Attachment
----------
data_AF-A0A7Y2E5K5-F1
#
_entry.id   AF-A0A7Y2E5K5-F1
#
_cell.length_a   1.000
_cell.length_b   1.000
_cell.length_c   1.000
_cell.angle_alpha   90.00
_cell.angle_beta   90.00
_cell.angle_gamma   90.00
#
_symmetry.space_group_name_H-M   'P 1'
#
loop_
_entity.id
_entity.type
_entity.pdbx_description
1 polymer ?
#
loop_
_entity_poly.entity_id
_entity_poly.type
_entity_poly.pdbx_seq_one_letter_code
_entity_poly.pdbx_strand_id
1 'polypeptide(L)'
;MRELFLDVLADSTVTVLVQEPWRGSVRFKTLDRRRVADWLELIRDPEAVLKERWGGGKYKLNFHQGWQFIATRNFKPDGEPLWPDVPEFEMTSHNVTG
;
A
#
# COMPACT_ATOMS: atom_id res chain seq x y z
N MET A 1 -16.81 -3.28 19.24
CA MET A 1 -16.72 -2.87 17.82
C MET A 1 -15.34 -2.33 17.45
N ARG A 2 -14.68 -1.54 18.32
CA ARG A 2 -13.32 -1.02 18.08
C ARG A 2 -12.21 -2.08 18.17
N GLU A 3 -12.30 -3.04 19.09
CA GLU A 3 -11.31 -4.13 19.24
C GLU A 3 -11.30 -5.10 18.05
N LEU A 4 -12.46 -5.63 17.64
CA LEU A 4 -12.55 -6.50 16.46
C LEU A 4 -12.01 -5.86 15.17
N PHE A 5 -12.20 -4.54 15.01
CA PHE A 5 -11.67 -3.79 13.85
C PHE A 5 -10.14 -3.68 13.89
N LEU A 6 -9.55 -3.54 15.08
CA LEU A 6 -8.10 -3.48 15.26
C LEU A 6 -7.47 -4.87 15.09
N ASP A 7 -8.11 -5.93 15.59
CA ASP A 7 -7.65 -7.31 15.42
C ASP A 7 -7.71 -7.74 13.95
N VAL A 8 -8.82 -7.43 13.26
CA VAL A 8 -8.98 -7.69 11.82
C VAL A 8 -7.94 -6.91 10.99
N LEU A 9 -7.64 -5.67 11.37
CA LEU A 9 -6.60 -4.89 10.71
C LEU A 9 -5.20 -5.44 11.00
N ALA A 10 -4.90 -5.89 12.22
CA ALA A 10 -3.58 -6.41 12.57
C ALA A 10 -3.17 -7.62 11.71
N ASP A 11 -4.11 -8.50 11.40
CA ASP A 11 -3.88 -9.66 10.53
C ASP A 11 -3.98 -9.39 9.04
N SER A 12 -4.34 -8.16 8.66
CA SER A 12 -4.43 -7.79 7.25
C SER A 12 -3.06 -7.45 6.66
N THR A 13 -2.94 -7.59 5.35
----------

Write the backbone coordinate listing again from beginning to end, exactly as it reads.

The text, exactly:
data_AF-A0A7Y2E5K5-F1
#
_entry.id   AF-A0A7Y2E5K5-F1
#
_cell.length_a   1.000
_cell.length_b   1.000
_cell.length_c   1.000
_cell.angle_alpha   90.00
_cell.angle_beta   90.00
_cell.angle_gamma   90.00
#
_symmetry.space_group_name_H-M   'P 1'
#
loop_
_entity.id
_entity.type
_entity.pdbx_description
1 polymer ?
#
loop_
_entity_poly.entity_id
_entity_poly.type
_entity_poly.pdbx_seq_one_letter_code
_entity_poly.pdbx_strand_id
1 'polypeptide(L)'
;MRELFLDVLADSTVTVLVQEPWRGSVRFKTLDRRRVADWLELIRDPEAVLKERWGGGKYKLNFHQGWQFIATRNFKPDGEPLWPDVPEFEMTSHNVTG
;
A
#
# COMPACT_ATOMS: atom_id res chain seq x y z
N MET A 1 -16.81 -3.28 19.24
CA MET A 1 -16.72 -2.87 17.82
C MET A 1 -15.34 -2.33 17.45
N ARG A 2 -14.68 -1.54 18.32
CA ARG A 2 -13.32 -1.02 18.08
C ARG A 2 -12.21 -2.08 18.17
N GLU A 3 -12.30 -3.04 19.09
CA GLU A 3 -11.31 -4.13 19.24
C GLU A 3 -11.30 -5.10 18.05
N LEU A 4 -12.46 -5.63 17.64
CA LEU A 4 -12.55 -6.50 16.46
C LEU A 4 -12.01 -5.86 15.17
N PHE A 5 -12.20 -4.54 15.01
CA PHE A 5 -11.67 -3.79 13.85
C PHE A 5 -10.14 -3.68 13.89
N LEU A 6 -9.55 -3.54 15.08
CA LEU A 6 -8.10 -3.48 15.26
C LEU A 6 -7.47 -4.87 15.09
N ASP A 7 -8.11 -5.93 15.59
CA ASP A 7 -7.65 -7.31 15.42
C ASP A 7 -7.71 -7.74 13.95
N VAL A 8 -8.82 -7.43 13.26
CA VAL A 8 -8.98 -7.69 11.82
C VAL A 8 -7.94 -6.91 10.99
N LEU A 9 -7.64 -5.67 11.37
CA LEU A 9 -6.60 -4.89 10.71
C LEU A 9 -5.20 -5.44 11.00
N ALA A 10 -4.90 -5.89 12.22
CA ALA A 10 -3.58 -6.41 12.57
C ALA A 10 -3.17 -7.62 11.71
N ASP A 11 -4.11 -8.50 11.40
CA ASP A 11 -3.88 -9.66 10.53
C ASP A 11 -3.98 -9.39 9.04
N SER A 12 -4.34 -8.16 8.66
CA SER A 12 -4.43 -7.79 7.25
C SER A 12 -3.06 -7.45 6.66
N THR A 13 -2.94 -7.59 5.35